The diversity of the San Francisco Bay is most visible from an aerial view – from the South Bay salt ponds to the East Bay’s Arrowhead Marsh to the Sonoma Baylands. The Bay is so many things – wildlife preserve, transportation route, tranquil setting for millions of residents. Yet it is also a place threatened by pollution, rising sea levels, and development. Many do not know that one third of the San Francisco Bay had been filled in by the time Save The Bay was founded in 1961. Currently, only five percent of the Bay’s original wetlands remain.
Recently, I took flight in a small four-seater plane with Save The Bay’s CEO David Lewis and Janine Kraus to see first-hand the progress they have made in protecting our region’s most valuable asset. This flight was made possible by LightHawk, an organization that donates plane flights to nonprofits. Circling the bay from above gave me a new perspective on the beauty of our bay and the issues that continue to threaten it.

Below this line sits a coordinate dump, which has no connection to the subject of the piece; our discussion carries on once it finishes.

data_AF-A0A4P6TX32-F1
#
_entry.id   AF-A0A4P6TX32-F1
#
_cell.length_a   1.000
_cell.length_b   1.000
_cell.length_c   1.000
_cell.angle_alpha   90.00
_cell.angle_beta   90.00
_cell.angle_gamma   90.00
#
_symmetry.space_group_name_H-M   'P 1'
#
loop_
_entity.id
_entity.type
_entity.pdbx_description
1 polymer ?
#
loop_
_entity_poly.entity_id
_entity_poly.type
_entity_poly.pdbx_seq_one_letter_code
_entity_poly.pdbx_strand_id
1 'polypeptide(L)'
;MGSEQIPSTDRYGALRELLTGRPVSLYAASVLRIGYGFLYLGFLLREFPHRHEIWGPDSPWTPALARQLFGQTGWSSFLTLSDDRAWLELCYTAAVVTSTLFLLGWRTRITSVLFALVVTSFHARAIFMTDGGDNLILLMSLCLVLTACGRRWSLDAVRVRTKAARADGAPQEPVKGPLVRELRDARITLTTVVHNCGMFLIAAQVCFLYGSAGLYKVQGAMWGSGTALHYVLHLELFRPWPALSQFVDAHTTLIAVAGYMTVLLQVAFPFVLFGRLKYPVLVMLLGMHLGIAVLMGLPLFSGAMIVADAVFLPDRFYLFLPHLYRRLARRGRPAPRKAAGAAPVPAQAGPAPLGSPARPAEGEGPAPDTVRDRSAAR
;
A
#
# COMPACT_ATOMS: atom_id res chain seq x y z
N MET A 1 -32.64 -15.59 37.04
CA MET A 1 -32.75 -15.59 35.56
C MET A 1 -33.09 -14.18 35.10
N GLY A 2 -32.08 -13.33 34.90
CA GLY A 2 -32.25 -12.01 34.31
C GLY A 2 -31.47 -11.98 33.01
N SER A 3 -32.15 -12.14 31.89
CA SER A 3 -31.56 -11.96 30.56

In the past 15 years, Philanthropic Ventures Foundation’s donors have provided more than $1 million in funding to Save The Bay to create a healthier bay. Their relentless conservation efforts have ensured that more than 44,000 acres of wetlands have been restored or are planning to be restored through a three-pronged approach that includes preventing development, improving water quality, and re-establishing tidal marsh.
It is our right as Bay Area residents to have a clean and healthy bay that can be enjoyed by all, and we are indebted to Save The Bay for its work over the years to fight for that right.
This was originally posted by Ashley Murphy on Philanthropic Ventures Foundation‘s blog. Read it here.Aerial support provided by Lighthawk.